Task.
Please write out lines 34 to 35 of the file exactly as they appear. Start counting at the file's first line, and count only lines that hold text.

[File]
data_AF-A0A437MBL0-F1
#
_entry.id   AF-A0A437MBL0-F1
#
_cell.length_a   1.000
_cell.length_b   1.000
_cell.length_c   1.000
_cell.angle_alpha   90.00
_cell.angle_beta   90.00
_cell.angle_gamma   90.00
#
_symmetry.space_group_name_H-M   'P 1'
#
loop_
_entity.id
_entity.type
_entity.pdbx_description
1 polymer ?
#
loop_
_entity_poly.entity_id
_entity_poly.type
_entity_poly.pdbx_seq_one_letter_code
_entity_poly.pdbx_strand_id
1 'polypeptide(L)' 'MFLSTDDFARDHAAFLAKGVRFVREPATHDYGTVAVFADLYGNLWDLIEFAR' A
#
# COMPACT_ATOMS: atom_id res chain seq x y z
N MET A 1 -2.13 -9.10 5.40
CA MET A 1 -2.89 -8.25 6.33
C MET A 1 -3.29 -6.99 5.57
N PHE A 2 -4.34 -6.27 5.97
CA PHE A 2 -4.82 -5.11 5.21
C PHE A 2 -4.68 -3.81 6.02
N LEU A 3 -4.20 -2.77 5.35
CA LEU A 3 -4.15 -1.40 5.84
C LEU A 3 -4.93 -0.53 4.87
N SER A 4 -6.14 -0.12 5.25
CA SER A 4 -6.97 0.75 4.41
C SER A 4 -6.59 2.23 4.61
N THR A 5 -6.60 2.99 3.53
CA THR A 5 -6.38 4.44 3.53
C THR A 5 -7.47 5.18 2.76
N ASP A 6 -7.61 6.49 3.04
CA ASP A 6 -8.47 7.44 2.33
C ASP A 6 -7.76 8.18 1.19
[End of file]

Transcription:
N LEU A 3 -4.20 -2.77 5.35
CA LEU A 3 -4.15 -1.40 5.84